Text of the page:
I guess the greatest challenge has been to transfer the standards from paper to practice, which also requires making them attractive for the people working in the field. In the first phase of the project we focused primarily on establishing a consensus on high quality drug prevention in Europe. The resulting book will be useful to some professionals, but these are more likely to be highly motivated individuals who already know a lot about best practice in prevention. The book itself is not a sufficiently strong motivator to reach and produce change in those people who really need to learn more about quality in prevention. However, forcing the standards onto practitioners ‘from above’ can produce resistance and result in only superficial engagement with the standards. Our own experiences as well as the existing literature suggest that people will be much more likely to change their behaviour if they believe that the new practice is better than the old practice. If practitioners see the standards as a useful tool with clear benefits, it will mean that they want to use them and engage with them at a deeper level. But how to achieve this is something that we are still exploring. It’s an important aspect in the current phase of the project and will form the corner stone of any future EDPQS projects. The different approaches to prevention in Europe are relevant in this context, as target audiences want to see that the EDPQS are relevant in their specific context. At a more general level, however, different prevention approaches are not a barrier to standards implementation because the EDPQS aim to standardise the level of quality in prevention, they don’t dictate what approaches should be used. Also, prevention professionals from different countries frequently reported similar issues and concerns during the consultations, highlighting similarities rather than differences between European countries when it comes to raising the quality of prevention.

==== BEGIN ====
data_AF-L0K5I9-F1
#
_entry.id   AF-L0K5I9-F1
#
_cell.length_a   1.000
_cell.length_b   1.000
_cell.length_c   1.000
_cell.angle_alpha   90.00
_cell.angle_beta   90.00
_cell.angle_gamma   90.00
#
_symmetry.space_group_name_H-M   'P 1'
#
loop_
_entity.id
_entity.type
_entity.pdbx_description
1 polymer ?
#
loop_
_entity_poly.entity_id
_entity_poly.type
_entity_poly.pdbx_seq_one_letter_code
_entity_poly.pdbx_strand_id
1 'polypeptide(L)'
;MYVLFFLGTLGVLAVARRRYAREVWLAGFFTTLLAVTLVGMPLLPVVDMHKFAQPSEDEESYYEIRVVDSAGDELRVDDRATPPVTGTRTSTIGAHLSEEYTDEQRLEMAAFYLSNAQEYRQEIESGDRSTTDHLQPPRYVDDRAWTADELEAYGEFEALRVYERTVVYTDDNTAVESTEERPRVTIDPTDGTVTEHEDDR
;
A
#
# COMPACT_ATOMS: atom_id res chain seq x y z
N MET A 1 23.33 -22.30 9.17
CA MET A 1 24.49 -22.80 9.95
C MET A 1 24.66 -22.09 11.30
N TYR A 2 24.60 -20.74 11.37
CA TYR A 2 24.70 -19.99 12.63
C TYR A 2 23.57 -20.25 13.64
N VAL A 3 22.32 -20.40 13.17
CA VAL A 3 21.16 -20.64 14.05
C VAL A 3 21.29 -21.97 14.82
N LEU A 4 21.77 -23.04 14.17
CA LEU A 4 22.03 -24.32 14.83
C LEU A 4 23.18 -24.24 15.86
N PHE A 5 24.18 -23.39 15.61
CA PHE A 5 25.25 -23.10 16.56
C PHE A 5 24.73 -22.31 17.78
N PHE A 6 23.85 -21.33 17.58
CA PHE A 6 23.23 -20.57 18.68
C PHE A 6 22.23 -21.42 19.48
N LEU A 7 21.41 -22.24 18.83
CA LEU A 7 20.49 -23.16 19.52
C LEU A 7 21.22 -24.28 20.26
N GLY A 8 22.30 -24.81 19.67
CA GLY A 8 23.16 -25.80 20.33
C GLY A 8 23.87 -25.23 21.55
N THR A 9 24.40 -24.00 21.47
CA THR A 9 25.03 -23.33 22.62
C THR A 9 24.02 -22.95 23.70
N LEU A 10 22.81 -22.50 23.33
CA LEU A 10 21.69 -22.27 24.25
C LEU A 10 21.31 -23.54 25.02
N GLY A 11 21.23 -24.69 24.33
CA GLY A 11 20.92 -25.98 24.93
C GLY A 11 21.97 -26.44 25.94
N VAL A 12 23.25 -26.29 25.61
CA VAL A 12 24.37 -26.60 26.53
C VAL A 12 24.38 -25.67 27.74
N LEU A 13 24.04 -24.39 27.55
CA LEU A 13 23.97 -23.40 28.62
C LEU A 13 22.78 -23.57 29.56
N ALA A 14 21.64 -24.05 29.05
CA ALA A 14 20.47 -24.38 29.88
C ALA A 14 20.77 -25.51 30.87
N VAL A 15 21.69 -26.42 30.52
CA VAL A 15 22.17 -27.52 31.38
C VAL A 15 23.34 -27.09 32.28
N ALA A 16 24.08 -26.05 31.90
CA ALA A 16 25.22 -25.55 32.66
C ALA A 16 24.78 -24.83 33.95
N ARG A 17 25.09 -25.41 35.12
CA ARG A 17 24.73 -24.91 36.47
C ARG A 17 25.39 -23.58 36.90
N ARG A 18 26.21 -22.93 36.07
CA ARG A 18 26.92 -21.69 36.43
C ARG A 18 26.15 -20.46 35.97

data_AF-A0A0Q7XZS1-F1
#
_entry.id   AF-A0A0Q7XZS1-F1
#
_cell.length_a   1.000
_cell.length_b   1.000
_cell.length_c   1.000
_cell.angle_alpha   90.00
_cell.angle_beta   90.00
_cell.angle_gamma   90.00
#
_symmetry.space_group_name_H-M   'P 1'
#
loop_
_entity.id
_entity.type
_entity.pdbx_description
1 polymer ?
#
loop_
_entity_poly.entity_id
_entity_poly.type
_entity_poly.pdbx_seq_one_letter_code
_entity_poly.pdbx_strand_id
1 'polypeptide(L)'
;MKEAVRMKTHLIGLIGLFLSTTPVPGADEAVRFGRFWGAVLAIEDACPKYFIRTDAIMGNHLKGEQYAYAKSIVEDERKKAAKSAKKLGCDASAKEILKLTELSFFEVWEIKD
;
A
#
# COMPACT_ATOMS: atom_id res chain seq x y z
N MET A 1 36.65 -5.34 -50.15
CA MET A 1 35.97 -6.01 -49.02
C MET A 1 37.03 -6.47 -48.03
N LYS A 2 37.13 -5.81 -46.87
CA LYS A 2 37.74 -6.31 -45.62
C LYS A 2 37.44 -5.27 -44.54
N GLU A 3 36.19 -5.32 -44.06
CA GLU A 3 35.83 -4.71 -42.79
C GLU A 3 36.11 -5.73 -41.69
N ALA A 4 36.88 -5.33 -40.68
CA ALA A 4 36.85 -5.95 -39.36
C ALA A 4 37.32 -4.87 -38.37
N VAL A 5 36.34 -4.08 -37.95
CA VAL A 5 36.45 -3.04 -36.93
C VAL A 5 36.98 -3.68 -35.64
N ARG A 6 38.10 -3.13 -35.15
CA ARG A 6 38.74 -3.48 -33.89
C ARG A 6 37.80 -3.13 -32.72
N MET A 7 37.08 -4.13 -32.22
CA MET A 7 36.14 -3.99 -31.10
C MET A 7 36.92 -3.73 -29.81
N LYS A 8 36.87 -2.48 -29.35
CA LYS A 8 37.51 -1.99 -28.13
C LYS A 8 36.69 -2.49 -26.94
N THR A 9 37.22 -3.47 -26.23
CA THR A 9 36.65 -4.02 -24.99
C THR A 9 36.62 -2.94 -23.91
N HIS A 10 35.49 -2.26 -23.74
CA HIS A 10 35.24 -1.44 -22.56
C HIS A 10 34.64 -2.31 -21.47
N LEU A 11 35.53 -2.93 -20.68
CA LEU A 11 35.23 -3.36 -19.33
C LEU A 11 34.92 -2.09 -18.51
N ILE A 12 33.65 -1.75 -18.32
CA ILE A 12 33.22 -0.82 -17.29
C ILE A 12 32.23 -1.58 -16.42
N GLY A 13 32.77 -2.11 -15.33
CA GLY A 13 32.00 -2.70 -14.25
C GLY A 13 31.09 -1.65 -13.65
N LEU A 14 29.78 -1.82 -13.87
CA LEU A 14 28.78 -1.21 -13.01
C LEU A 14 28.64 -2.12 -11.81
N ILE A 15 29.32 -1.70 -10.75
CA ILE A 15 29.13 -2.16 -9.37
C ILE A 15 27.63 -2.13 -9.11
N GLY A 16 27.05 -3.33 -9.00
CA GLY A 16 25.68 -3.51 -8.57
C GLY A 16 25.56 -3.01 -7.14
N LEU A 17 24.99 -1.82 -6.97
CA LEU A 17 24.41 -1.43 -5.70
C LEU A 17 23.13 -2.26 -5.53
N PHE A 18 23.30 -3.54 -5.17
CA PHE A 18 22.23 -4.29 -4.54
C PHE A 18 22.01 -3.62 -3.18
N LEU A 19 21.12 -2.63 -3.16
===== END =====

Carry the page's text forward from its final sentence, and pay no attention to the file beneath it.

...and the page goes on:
The Italian presidency has just started to work on promoting EQUS. What will be the role of EDPQS in EQUS?